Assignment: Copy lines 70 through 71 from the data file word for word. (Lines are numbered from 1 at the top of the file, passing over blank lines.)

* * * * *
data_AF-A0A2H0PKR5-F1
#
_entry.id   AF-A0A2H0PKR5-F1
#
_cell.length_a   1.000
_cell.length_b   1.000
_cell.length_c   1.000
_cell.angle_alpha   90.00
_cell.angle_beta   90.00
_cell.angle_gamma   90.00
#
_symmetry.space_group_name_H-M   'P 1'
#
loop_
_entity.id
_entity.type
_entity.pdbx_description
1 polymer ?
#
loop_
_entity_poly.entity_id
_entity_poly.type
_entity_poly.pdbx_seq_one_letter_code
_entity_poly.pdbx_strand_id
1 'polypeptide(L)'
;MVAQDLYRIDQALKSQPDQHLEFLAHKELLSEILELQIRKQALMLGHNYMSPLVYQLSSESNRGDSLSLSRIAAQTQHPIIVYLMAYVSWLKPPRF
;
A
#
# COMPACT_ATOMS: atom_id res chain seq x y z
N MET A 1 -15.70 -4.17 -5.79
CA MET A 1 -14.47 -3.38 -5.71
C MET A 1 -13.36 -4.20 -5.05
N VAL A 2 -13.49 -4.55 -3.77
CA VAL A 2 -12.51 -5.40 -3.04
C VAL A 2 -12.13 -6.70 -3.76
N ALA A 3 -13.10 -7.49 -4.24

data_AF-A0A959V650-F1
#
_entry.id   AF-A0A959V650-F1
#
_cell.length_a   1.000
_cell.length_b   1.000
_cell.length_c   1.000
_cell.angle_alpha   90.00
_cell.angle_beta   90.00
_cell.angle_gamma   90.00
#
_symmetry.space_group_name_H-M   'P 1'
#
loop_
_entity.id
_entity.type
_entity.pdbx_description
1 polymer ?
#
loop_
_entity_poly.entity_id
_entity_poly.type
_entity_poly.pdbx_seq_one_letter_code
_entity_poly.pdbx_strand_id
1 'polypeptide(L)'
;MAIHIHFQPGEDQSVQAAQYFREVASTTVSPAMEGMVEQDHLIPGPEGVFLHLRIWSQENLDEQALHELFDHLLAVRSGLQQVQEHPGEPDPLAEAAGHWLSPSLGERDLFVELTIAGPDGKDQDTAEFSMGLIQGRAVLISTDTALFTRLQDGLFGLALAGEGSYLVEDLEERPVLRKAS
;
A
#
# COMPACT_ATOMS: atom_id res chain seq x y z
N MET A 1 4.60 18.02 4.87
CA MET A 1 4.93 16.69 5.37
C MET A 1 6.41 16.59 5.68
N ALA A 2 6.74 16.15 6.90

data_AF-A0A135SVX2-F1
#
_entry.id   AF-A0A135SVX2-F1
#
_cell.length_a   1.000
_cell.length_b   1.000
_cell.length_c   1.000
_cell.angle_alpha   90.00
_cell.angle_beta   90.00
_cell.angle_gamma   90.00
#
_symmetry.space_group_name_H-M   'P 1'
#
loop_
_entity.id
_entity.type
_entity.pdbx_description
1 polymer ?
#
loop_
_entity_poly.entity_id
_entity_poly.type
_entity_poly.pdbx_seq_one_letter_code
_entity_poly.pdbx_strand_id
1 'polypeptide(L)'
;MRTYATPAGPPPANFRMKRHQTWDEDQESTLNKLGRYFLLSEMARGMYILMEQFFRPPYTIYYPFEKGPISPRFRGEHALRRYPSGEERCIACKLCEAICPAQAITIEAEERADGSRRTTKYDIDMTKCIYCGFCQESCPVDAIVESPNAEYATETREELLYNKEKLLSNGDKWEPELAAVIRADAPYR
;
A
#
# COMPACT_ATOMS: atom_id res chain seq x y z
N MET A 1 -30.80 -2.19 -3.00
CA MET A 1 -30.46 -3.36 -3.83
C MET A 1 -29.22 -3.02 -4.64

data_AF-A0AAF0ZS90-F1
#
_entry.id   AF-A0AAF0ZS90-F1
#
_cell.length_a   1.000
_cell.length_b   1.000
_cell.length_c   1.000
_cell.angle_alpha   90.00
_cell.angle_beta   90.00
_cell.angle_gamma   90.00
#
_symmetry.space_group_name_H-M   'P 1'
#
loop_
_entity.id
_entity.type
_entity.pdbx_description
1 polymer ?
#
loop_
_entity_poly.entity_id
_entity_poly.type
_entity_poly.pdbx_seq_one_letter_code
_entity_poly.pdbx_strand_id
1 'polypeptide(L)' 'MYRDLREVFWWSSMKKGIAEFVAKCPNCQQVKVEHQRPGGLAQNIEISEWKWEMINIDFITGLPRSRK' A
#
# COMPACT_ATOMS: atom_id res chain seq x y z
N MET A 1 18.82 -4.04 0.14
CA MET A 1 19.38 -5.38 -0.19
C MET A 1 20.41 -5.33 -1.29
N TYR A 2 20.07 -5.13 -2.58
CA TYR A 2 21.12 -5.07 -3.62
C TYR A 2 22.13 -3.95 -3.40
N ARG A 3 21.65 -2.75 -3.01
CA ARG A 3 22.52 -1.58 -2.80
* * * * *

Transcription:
C MET A 1 6.41 16.59 5.68
N ALA A 2 6.74 16.15 6.90